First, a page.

The East Baton Rouge Parish Housing Authority says nearly all of the 1,200 landlords providing affordable housing to its clients are compiling with the eviction protections that were put in place by the federal Coronavirus Aid, Relief and Economic Security Act.
The agency's chief executive officer, J. Wesley Daniels, says the stimulus package is also helping the parish's housing authority meet the increased demand it has seen from clients asking that their monthly rental obligations be significantly lowered due to job losses and reduced incomes caused by the pandemic.
"We've been adjusting their rental rates according to the loss of income," Daniels said during a Tuesday morning teleconference with the media. "A loss of income will result in larger housing authority payments and smaller family rental obligations."
The housing authority provides affordable housing to 12,545 residents in East Baton Rouge and Iberville parishes — a majority of whom use housing choice vouchers provided by the federal Housing and Urban Development program.
The Coronavirus Aid, Relief and Economic Security Act the president signed into law March 27 activated a 120-day ban on evictions for people w…
Through the voucher program, a portion of monthly rental rates are paid by the federal government while renters are responsible for a certain portion based on their income levels.
The housing authority sent out information to its clients last month instructing them to inform them on any income losses caused by the COVID-19 pandemic so that necessary adjustments could be made to their rent.
Daniels on Tuesday couldn't provide the amount in increased supplemental payments the agency has made this month to clients who couldn't afford to pay their share, but he said the landlords leasing properties to their clients did receive their guaranteed payments from the federal government this month.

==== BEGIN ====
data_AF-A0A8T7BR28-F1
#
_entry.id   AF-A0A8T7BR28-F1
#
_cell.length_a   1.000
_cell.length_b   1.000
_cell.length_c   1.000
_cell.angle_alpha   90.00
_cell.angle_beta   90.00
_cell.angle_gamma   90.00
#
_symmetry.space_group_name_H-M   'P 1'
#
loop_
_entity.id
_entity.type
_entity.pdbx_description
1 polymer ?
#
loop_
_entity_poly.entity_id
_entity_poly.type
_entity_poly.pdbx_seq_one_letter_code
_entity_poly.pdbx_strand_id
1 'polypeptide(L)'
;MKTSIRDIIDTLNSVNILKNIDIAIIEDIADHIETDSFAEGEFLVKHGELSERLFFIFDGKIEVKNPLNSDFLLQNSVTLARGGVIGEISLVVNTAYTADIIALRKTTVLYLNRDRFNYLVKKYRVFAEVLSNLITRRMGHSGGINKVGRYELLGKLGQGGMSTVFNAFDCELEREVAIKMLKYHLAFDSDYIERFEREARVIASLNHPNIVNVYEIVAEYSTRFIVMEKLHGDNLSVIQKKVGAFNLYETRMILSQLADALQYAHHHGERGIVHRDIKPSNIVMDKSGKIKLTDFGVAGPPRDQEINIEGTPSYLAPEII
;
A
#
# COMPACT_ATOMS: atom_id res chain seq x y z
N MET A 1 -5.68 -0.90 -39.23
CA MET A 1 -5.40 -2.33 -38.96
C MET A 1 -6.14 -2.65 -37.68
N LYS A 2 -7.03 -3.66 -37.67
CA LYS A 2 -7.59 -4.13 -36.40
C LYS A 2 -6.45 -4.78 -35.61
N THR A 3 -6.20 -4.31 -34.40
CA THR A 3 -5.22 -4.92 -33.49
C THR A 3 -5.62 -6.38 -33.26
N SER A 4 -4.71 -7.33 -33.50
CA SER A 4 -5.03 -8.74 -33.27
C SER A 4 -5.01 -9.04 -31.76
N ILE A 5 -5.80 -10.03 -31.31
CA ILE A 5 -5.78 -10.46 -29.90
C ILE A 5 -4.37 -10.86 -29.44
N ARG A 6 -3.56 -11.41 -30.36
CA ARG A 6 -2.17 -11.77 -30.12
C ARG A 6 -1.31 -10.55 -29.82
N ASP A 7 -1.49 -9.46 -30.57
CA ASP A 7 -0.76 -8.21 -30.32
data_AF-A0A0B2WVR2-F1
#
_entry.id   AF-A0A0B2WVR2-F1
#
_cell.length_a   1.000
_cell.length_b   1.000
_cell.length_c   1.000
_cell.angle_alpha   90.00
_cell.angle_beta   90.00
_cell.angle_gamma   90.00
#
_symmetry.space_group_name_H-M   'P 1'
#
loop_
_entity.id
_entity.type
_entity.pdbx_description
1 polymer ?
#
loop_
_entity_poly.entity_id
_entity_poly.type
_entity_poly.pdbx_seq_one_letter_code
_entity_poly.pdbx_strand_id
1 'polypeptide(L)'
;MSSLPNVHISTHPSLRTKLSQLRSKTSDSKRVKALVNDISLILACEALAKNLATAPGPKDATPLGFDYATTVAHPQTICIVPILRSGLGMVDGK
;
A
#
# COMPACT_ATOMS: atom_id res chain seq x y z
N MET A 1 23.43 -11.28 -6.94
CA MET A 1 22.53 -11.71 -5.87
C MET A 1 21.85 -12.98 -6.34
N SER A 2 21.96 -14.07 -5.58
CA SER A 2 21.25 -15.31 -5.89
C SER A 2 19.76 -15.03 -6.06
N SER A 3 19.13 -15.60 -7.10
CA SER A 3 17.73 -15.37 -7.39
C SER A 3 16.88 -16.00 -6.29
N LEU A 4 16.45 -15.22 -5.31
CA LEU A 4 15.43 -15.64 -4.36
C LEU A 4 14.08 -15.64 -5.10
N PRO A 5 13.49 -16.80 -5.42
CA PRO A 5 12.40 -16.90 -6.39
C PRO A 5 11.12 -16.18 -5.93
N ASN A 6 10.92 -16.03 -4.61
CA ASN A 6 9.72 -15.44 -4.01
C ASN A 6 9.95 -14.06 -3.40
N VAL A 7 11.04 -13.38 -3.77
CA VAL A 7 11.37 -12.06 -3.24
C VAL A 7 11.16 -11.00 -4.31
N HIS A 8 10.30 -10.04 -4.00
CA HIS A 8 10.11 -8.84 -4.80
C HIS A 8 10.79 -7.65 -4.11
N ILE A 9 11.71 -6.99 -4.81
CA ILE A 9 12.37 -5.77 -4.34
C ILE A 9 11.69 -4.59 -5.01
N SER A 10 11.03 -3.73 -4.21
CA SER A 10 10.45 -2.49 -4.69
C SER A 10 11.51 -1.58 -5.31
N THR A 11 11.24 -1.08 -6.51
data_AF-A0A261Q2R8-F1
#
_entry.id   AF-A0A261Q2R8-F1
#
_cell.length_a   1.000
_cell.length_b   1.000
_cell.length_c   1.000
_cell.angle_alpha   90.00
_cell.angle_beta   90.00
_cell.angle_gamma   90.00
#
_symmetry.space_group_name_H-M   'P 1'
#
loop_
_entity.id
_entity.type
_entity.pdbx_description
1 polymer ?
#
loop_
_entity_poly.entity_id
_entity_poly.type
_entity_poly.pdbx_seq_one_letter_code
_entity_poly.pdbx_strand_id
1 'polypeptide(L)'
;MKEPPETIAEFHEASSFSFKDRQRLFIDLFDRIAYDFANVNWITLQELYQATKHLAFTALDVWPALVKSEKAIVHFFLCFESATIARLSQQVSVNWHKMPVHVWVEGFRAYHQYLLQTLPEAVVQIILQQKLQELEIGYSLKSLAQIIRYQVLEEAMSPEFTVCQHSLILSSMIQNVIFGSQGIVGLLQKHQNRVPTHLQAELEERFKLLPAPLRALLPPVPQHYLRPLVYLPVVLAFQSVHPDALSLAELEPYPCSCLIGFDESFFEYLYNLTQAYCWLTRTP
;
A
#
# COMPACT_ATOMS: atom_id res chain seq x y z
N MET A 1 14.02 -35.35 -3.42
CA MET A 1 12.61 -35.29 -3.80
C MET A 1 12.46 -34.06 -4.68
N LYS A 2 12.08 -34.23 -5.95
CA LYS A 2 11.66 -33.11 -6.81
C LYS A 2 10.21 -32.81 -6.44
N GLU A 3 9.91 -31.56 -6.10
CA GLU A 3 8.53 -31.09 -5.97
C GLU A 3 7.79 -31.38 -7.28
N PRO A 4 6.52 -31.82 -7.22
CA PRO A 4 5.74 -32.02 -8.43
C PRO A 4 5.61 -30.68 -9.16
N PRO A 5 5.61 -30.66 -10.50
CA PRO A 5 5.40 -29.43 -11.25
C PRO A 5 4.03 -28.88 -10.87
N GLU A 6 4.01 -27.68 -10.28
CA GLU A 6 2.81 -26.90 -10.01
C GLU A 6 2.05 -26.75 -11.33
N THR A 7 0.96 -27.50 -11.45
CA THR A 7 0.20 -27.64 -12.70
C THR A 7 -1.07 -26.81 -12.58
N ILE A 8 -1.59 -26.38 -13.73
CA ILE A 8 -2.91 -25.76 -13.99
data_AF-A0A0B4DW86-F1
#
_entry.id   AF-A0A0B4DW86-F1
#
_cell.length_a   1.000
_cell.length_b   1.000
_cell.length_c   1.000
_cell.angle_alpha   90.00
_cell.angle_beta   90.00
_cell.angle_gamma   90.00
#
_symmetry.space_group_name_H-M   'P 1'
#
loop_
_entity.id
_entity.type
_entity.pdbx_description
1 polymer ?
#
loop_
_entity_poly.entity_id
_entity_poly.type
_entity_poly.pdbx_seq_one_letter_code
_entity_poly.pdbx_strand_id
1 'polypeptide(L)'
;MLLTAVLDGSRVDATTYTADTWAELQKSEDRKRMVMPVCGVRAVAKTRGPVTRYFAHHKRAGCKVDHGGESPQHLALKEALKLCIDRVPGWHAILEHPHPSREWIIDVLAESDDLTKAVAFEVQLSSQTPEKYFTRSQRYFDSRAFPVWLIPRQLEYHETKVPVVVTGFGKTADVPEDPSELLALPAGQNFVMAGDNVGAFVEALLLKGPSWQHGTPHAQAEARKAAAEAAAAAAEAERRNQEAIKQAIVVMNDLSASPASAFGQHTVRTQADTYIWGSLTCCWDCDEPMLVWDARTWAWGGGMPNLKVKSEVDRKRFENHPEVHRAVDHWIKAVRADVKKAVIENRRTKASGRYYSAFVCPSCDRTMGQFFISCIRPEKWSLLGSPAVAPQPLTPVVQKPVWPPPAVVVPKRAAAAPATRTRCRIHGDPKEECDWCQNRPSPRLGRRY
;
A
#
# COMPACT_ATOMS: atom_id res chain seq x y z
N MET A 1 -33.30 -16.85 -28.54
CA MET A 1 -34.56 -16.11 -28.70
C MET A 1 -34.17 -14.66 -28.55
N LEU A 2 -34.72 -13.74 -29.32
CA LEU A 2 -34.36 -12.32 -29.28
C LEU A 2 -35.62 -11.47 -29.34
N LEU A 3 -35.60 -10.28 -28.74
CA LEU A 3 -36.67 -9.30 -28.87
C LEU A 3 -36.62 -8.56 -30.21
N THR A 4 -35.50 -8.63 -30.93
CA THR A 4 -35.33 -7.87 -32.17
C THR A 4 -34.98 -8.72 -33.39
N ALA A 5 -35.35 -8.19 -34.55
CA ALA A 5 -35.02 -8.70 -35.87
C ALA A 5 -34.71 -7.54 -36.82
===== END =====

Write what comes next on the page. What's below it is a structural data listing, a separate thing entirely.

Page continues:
And nearly all have been willing to work with the agency's clients who are struggling to make rent due to financial troubles at this time.
"We've have very minimal reports of landlords — like one or two — that have not compiled with the eviction bans," he said. "And we've reached out to those landlords and had conversations with them, making sure they understand what the new environment is."
The CARES Act protects tenants living in government-subsidized housing or receiving federal housing benefits from being evicted or getting charged late fees for not paying their rent until July 25. However, those protections don't extend to everyone else who could face evictions and exorbitant late fees if they don't pay their rent once courts reopen when the governor's stay-at-home order is lifted.
Daniels said the housing authority isn't issuing any more housing vouchers at this time.
"We are in contact with the congressional delegation expressing that need for additional assistance," he said. "And we may have the ability to issue more if more funding is approved at the federal level, but there is nothing solid at this point."